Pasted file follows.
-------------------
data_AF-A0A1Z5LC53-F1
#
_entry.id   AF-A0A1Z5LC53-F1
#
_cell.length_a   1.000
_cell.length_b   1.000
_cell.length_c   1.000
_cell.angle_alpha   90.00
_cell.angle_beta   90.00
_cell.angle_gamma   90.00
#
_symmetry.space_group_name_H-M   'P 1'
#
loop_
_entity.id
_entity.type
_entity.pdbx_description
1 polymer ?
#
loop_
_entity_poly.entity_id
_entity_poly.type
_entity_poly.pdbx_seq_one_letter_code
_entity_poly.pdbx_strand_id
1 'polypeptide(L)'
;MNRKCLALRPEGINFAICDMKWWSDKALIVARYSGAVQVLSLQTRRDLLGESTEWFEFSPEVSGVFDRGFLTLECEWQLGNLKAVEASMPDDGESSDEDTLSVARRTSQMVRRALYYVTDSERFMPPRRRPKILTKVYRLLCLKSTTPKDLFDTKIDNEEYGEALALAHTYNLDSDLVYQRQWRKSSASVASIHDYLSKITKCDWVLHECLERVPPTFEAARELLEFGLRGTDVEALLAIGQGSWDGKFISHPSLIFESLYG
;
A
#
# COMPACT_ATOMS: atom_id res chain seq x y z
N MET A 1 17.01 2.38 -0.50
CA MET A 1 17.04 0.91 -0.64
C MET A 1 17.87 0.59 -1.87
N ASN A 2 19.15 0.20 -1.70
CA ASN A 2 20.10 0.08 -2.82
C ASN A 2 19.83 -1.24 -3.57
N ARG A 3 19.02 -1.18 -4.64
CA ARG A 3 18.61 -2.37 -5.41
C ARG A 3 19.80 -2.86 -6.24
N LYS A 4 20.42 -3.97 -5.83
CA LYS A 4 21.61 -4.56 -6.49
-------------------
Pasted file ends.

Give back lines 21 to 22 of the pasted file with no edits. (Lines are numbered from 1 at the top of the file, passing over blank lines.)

_entity_poly.entity_id
_entity_poly.type